AM8 METHODS FOR DEVELOPING AND EVALUATING PREDICTION MODELS FOR DYNAMIC DECISION-MAKING

Sunday, October 23, 2016: 9:00 AM - 12:30 PM
Mackenzie, Lobby Level (Westin Bayshore Vancouver)
Course Type: Half Day
Course Level: Intermediate

Overview: Effective decision-making in settings of long-term follow-up relies on dynamic prediction rules that can accurately capture updated risks over time and guide medical decisions regarding monitoring and treatment. This course will cover methods for the development and evaluation of dynamic prediction rules that may be used for decision-making over time.

Background: Many medical decisions involve using accumulated information on patients under surveillance to predict transitions in future health status, such as progression of disease or advancement to death. At any given point in time, an individualís longitudinal measures up to that time-point may be used to update the predicted risk of future adverse outcomes and guide medical decisions regarding monitoring and treatment. For example, high-risk individuals may be targeted for preventative strategies or aggressive treatments, whereas less frequent follow-up may be recommended for low-risk individuals. In this course, participants will learn flexible approaches for modeling dynamic prediction rules for risk of an adverse outcome at a future time using longitudinal trajectories up to the time of prediction, as well as summary measures for evaluating predictive performance that are appropriate for censored survival outcomes.

Format Requirements: The course will include a combination of didactic lectures and hands-on exercises that participants will work through using their own computers. Participants will be introduced to R packages that are currently available for evaluating the predictive accuracy of survival models. This segment will include hands-on training and demonstration of how to use these R packages for answering research questions. Real-data examples for analysis will be provided and the instructors will discuss implementation and interpretation. Data sets and files needed for the course will be distributed during the course session. This course is designed for those with basic understanding of statistics (e.g. methods for correlated data and survival analysis). Some experience with programming in R is preferred, but not required.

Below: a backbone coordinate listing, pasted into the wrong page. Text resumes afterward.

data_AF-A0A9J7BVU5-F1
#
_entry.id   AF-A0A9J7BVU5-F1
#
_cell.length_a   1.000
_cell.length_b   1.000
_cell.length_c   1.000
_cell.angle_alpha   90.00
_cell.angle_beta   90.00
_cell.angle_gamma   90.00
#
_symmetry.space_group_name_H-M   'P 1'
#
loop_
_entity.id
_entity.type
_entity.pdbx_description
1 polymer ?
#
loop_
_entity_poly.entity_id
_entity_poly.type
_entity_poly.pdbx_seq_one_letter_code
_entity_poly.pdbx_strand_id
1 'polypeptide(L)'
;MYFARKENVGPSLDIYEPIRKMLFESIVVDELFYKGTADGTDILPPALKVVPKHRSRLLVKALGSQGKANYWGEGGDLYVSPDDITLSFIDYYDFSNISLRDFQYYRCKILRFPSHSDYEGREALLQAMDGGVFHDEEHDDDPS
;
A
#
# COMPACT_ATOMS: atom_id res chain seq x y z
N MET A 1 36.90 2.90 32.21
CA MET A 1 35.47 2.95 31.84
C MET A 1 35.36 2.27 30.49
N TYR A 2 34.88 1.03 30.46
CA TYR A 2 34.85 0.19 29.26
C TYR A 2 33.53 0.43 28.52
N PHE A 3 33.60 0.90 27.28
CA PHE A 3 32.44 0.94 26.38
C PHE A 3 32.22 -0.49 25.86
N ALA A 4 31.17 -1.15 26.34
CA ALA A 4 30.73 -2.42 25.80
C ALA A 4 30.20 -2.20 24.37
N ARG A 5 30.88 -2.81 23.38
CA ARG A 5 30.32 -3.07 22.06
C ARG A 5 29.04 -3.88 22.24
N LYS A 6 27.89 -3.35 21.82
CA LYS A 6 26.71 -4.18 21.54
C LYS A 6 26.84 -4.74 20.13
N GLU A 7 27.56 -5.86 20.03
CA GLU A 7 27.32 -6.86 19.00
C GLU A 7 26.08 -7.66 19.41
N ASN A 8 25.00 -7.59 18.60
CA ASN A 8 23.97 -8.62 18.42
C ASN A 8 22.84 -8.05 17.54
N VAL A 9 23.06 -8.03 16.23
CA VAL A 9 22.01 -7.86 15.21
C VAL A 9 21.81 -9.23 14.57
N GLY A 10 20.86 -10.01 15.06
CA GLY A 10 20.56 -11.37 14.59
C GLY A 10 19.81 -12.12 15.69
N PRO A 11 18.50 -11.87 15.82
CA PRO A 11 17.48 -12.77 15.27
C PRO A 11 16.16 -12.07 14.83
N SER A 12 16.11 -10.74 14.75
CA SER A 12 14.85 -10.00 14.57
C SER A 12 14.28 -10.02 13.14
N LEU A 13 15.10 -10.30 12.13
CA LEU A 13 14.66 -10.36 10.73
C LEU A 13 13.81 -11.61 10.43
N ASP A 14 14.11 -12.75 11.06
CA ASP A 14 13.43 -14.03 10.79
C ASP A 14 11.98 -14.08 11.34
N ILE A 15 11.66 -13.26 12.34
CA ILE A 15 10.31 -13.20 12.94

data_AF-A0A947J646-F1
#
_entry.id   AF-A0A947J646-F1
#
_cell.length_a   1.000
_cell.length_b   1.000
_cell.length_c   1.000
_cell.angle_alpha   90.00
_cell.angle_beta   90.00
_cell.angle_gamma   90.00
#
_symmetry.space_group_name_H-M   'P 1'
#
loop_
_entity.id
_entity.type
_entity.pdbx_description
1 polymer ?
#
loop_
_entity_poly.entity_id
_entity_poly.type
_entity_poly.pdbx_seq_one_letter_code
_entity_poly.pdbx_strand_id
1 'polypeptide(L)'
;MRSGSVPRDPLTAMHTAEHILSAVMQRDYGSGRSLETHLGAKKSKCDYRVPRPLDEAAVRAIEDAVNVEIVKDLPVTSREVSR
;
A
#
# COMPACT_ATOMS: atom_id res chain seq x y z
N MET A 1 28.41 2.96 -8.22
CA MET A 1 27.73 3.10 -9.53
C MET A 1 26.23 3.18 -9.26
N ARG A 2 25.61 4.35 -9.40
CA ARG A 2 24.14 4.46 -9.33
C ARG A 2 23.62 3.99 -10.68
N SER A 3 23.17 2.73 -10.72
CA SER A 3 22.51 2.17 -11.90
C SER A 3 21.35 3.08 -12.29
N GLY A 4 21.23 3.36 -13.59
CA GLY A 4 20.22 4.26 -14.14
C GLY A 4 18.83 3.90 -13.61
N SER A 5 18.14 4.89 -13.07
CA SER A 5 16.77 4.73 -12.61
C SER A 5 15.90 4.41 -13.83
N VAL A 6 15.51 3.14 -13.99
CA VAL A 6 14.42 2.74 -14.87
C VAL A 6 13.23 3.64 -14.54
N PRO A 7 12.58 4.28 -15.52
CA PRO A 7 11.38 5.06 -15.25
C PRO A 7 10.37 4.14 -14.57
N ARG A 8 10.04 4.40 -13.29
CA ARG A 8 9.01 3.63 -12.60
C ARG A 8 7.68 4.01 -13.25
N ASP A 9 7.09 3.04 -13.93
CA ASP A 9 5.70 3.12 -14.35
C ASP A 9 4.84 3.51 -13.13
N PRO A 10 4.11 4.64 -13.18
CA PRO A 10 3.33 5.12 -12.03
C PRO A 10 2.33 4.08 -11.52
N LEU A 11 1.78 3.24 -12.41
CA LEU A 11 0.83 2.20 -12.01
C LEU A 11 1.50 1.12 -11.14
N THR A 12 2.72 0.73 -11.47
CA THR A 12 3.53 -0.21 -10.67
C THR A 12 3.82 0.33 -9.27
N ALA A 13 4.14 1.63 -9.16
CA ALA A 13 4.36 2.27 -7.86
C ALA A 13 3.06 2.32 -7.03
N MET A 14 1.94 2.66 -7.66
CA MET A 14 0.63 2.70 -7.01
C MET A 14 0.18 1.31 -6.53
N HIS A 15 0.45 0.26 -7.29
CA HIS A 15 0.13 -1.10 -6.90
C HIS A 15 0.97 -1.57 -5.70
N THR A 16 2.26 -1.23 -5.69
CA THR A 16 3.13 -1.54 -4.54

Description and Objectives:

Many medical decisions involve using accumulated information on patients under surveillance to predict transitions in future health status, such as progression of disease or advancement to death. At any given point in time, an individual’s longitudinal measures up to that time-point may be used to update the predicted risk of future adverse outcomes and guide medical decisions regarding monitoring and treatment. For example, high-risk individuals may be targeted for preventative strategies or aggressive treatments, whereas less frequent follow-up may be recommended for low-risk individuals. In this course, participants will learn: (1) Approaches for modeling dynamic prediction rules for risk of an adverse outcome at a future time using longitudinal trajectories up to the time of prediction, (2) Methods for evaluating predictive performance using summary measures that are appropriate for censored survival outcomes. While performance measures for evaluating prediction models for binary outcomes are well established, methods appropriate for survival outcomes are less well known. The methods we discuss are particularly important in that they allow for appropriate handling of censored outcomes commonly encountered with clinical event time data.

Methods will be illustrated using examples from HIV, end stage renal disease, and organ transplantation settings. The main objectives of this course are to overview modern statistical methods for the following:

  • Model development:
    • Appropriately modeling both the longitudinal trajectory of predictors and their relationship with the survival outcome that can change over time
    • Comparison of recently proposed approaches 
  • Model evaluation:
    • Measures of calibration and discrimination accuracy that are appropriate for survival outcomes
    • Methods for assessing the time-varying performance of a prediction model using predictive accuracy concepts of time-dependent sensitivity and specificity
    • Comparison of ROC curve based approaches to other approaches such as decision curve analysis and value of information analysis
Course Director:

Aasthaa Bansal, PhD
Pharmaceutical Outcomes Research and Policy Program, University of Washington
Research Assistant Professor

Course Faculty:

Patrick Heagerty, PhD
University of Washington